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Although people of color make up about one third of the population, they make up 46.1 percent of pedestrian deaths.

Federal bill preserves active transportation funding

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In a big victory for the active transportation community, the U.S. House of Representative’s version of the federal transportation bill passed Thursday will keep current funding levels for critical biking and walking programs like the Transportation Alternatives Program (TAP). The U.S. Senate already passed similar legislation earlier this year.

TAP is the largest dedicated source of federal funding for biking and walking infrastructure. In the Chicago region, recent projects that received TAP funding include the Cal-Sag Trail, the 43rd Street Bike-Ped Access Bridge to the Lakefront Trail, the Addison Underbridge Connector (construction begins in 2016) and many others. 

Although TAP is less than 2 percent of the entire bill, the program came under attack by members of Congress who believe the transportation bill should only fund highway construction and maintenance.

After our national partners at the League of American Bicyclists and Alliance for Biking & Walking informed us of the threat this fall, we contacted our members of Congress in the Chicago region asking them to protect biking and walking funding.

And last month, we joined a group of constituents and bike/walk/transit supporters who met with U.S. Rep. Bob Dold’s office in Lincolnshire.

Thanks to our meeting, the Congressman learned more about all the current projects funded by TAP in his district and the need for more work to be done.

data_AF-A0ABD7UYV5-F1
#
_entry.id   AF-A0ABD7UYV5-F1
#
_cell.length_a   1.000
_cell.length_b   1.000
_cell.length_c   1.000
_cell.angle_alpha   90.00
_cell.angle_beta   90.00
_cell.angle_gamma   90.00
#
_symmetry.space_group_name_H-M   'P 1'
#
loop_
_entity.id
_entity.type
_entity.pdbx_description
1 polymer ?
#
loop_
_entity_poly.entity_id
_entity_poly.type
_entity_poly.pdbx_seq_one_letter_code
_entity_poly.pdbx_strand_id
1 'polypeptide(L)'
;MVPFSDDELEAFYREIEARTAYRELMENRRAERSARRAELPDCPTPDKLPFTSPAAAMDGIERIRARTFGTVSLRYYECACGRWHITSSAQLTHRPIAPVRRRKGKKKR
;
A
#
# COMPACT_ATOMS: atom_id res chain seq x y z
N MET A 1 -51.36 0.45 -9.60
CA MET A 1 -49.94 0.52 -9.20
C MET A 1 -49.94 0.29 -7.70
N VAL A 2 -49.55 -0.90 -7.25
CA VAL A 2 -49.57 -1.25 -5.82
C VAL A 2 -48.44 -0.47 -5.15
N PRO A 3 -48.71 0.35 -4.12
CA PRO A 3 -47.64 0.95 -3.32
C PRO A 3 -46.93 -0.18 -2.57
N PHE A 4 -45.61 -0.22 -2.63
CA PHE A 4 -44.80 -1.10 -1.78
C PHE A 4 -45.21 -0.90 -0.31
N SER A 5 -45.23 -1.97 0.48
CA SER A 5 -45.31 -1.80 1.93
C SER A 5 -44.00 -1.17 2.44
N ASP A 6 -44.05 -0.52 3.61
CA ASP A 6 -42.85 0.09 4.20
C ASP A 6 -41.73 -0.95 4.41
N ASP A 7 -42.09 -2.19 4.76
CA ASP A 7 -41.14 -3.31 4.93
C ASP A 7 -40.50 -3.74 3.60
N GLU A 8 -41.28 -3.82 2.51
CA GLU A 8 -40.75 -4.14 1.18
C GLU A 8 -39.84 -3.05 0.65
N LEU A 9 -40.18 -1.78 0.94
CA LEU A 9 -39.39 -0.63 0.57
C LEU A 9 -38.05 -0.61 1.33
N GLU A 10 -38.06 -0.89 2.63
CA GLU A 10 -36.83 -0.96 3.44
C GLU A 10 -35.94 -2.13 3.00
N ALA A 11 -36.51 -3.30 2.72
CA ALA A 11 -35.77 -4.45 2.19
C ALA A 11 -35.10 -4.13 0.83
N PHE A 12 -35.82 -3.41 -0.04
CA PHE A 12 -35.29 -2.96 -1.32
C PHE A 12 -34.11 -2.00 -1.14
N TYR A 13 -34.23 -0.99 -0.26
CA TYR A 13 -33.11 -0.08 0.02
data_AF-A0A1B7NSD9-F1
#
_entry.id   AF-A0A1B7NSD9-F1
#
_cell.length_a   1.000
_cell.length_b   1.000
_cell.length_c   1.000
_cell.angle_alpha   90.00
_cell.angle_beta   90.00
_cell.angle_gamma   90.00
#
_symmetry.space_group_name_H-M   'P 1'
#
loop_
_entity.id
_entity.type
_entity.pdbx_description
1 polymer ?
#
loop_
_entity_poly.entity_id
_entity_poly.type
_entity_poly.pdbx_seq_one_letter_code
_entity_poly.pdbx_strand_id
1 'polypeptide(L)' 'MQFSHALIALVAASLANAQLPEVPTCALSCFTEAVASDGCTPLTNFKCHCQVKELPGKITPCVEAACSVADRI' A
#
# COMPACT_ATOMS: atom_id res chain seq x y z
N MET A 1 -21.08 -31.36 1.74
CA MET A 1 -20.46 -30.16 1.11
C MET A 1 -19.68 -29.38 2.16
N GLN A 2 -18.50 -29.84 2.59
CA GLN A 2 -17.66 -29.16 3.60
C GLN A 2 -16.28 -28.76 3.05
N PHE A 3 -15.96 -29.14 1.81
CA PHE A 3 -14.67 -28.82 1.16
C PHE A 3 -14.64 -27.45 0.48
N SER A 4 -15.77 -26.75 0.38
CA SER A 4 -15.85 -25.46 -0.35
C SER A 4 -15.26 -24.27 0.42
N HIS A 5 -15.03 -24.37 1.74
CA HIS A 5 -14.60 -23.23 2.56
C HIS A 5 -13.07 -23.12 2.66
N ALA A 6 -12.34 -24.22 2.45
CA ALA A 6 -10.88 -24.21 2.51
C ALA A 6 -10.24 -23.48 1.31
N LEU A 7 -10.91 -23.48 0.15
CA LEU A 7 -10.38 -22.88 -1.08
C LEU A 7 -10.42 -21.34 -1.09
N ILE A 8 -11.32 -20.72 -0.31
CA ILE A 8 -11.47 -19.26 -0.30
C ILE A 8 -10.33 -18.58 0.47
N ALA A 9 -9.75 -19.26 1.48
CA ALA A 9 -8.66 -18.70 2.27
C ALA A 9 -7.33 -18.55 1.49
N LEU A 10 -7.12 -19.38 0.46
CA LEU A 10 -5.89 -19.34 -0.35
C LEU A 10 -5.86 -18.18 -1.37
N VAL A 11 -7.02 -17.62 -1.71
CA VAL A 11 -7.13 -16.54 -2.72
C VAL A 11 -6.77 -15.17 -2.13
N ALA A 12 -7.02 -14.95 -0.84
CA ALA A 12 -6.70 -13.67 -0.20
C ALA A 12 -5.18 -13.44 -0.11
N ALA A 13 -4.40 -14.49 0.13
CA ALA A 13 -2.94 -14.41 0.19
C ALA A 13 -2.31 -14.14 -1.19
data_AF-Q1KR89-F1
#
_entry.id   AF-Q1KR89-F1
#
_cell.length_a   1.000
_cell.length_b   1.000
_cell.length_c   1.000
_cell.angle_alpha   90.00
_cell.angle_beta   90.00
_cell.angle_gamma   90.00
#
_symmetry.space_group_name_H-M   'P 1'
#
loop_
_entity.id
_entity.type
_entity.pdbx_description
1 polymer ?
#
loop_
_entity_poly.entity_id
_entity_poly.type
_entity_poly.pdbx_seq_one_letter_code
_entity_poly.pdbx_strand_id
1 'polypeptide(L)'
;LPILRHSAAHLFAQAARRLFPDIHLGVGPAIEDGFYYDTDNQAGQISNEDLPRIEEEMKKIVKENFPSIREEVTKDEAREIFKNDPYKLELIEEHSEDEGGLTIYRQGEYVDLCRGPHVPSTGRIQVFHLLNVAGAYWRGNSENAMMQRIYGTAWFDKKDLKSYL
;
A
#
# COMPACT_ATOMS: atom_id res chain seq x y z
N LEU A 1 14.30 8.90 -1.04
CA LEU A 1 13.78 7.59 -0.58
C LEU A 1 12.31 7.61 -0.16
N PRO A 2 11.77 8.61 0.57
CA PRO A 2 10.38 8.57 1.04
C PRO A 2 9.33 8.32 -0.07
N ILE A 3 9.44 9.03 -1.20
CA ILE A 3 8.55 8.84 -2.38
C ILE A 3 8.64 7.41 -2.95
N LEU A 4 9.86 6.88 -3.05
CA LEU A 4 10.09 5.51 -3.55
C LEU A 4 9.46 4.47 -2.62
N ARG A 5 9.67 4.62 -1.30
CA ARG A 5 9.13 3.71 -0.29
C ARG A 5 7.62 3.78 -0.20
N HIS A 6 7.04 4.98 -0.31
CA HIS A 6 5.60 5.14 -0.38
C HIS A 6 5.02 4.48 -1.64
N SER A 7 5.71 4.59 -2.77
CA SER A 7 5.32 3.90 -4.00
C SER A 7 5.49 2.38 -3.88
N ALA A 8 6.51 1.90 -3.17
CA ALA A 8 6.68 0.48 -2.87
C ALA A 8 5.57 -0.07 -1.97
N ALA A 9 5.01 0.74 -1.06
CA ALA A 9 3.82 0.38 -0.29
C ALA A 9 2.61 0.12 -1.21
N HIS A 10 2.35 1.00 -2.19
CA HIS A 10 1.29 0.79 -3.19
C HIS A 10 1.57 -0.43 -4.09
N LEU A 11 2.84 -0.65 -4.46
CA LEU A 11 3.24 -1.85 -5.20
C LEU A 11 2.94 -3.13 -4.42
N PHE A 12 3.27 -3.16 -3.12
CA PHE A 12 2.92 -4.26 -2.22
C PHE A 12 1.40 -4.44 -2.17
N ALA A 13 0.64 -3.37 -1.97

In response, Dold affirmed his support for biking and walking funding, and vowed to work to protect it in Congress.

But, of course, it wasn’t just supporters in the 10th district responsible for the this positive outcome. 

More than 1,300 supporters signed letters to members of Congress throughout the Chicago region over the past several weeks. Thanks in part to their efforts, today we learned no amendments cutting bike and walking funding will make it to the House floor for a vote.

There’s also good news in the outcome for transit funding. Initial language in the bill increased the local funding required to access key grant programs like New Starts, Small Starts and Core Capacity, but U.S. Rep. Dan Lipinski and others worked with leaders to maintain current requirements.

While we’d like to see funding increased for biking, walking and transit – and there are strong economic arguments to be made for doing so – in the current political climate this compromise bill will allow the progress to continue at the local level. 

Stay tuned to the blog for updates and future opportunities to make your voice heard.

Photo: 43rd Street Pedestrian Bridge Rendering Credit: Cordogan, Clark & Associates